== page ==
If you think poetry is too sophisticated and boring, think again.
Students will compete in a poetry slam contest on Friday at 7 p.m. in Newcomer Center 17. While some poetry slams include works read by other people, all the poems that are read at this event will be original works by students and faculty (although faculty are not eligible for prizes).
"The poems are written with intent to be spoken, so they're more fluid, colloquial and dramatic than poems on a page," said Hillary Watson, a senior who is coordinating the event. "It's not like reading poetry for your English class. It's somewhere between a live concert and a theater or play vibe."
Poetry slams typically take place at coffee shops or bars. Judges are randomly selected from the audience. Their job is to narrow down the field of poets to three finalists during three rounds of competition.
The three finalists then compete for a top prize, based on no set judging criteria. "Their judgments can be fairly arbitrary, but it's all in good fun," Watson said.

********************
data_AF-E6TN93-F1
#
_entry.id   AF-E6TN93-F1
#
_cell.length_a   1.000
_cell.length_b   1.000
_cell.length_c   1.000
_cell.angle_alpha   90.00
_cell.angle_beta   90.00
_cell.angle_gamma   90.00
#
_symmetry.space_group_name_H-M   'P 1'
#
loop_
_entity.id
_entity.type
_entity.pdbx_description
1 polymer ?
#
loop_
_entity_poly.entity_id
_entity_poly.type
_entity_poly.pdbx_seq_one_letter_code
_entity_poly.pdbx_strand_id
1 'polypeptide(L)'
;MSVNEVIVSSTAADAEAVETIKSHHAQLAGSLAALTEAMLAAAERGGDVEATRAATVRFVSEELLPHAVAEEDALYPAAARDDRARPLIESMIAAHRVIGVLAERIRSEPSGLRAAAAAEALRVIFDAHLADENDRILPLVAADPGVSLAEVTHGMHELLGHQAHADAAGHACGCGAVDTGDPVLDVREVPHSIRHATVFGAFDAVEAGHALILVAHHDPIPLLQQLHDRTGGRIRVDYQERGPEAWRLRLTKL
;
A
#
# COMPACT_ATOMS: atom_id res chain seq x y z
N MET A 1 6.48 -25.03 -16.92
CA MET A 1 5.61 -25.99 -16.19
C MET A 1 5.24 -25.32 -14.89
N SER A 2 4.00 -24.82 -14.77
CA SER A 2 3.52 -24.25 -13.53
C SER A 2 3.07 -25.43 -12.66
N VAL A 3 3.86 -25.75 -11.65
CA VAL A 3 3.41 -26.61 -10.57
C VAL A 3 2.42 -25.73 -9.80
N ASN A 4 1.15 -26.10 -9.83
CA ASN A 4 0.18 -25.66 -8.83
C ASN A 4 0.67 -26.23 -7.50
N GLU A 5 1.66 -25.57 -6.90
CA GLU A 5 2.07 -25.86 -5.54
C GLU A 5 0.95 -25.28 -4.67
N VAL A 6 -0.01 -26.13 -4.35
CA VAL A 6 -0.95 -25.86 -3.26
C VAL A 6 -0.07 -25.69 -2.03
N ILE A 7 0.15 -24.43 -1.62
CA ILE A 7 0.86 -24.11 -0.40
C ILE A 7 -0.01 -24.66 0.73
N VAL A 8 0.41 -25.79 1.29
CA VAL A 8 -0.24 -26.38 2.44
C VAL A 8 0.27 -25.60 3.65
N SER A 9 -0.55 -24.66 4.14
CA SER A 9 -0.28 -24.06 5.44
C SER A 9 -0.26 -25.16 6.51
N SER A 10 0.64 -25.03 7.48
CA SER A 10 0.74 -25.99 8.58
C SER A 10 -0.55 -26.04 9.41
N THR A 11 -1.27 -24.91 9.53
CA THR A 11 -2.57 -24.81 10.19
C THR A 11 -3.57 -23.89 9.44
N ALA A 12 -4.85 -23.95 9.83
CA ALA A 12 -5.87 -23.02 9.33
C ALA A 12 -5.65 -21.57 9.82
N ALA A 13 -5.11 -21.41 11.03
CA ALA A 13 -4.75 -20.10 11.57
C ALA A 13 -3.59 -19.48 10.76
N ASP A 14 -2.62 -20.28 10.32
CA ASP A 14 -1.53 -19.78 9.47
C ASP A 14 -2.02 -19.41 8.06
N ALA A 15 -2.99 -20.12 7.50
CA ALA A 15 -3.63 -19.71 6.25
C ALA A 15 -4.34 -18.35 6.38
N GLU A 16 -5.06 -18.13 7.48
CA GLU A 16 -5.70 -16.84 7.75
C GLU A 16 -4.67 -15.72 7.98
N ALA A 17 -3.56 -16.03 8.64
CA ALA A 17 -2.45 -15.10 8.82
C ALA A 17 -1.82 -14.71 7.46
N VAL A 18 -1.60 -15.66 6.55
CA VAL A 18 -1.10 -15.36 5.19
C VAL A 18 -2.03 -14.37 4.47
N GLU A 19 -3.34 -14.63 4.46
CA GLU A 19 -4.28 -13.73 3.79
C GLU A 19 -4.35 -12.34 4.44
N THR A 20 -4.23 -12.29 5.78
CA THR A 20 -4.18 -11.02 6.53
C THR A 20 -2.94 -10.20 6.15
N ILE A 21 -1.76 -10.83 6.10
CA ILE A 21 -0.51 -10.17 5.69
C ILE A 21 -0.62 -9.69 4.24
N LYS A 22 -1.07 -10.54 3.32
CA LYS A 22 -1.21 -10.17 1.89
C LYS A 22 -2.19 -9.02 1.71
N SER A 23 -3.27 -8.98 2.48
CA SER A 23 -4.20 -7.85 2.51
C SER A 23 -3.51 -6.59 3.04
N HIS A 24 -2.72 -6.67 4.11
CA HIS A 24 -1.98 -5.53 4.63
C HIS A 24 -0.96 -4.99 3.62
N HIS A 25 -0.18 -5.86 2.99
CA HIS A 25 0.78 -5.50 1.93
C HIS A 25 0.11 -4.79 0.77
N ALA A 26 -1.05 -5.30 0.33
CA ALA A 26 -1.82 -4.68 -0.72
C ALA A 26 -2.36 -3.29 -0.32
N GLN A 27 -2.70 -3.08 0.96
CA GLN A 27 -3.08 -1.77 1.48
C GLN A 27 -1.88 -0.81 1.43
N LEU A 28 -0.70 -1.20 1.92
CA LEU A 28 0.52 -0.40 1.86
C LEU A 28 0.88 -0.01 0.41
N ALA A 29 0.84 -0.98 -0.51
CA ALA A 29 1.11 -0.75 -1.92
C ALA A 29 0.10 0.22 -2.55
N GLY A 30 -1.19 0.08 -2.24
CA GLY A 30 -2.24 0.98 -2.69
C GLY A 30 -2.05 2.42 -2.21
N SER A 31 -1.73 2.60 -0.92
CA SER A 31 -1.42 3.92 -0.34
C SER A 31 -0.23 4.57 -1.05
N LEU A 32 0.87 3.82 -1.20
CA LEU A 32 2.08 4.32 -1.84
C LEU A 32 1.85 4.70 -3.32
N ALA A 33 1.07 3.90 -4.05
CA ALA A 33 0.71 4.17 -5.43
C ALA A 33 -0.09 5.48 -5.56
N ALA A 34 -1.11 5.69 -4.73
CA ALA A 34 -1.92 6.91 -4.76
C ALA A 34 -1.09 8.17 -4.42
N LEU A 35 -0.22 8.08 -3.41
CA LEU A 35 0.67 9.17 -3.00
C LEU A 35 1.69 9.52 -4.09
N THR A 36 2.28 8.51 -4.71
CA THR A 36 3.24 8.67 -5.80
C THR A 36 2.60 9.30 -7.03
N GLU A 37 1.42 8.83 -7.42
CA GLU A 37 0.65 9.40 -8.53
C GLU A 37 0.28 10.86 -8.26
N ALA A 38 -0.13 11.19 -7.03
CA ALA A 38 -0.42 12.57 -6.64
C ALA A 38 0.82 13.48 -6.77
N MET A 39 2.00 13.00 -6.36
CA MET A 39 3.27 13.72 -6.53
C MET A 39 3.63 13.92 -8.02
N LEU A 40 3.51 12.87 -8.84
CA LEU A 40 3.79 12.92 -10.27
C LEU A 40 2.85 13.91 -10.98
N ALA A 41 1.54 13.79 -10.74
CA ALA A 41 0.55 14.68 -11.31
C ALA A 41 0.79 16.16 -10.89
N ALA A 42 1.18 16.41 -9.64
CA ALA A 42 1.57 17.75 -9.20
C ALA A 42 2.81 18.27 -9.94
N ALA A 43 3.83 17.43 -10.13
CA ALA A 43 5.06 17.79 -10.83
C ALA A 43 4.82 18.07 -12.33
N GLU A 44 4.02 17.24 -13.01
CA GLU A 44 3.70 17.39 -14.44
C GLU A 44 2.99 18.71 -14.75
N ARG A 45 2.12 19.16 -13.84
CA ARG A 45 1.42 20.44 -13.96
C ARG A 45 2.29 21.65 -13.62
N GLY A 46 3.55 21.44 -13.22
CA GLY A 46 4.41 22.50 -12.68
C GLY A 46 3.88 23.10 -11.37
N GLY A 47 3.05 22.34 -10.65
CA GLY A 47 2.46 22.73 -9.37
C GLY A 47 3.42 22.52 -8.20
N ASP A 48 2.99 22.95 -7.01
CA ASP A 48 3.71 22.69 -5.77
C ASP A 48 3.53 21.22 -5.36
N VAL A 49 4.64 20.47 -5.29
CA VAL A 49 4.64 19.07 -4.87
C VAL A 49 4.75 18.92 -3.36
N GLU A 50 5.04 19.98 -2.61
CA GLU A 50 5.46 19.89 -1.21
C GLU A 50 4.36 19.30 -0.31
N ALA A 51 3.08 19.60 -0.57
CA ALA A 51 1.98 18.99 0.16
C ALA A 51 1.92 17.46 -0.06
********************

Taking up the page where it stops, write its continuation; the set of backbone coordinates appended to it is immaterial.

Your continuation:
Audience members who are not selected as judge are still very much a part of the action. "The audience is expected to respond to the poet's tone and words, sometimes with cheers, sometimes with insults," said Watson. "I once went to a poetry slam in D.C. where audience members threw pens at the poet if they really liked his/her work."
"Other slams have buzz words, so if a poet says a certain word, the audience repeats it, or they have catchphrases that are call-and-response," Watson said. "It's all part of the scene, but we'll try to keep out the negative on Friday."
Jessica Baldanzi, assistant professor of English, who is coordinating the event with Watson, believes the poetry slam will be a good stress reliever.
"It's a stressful time of year," Baldanzi said. "What better way to blow off some steam?"
"We have some amazing spoken poets on this campus," Baldanzi said. "It's always a treat to be able to see them perform ... and to find out what new voices are emerging."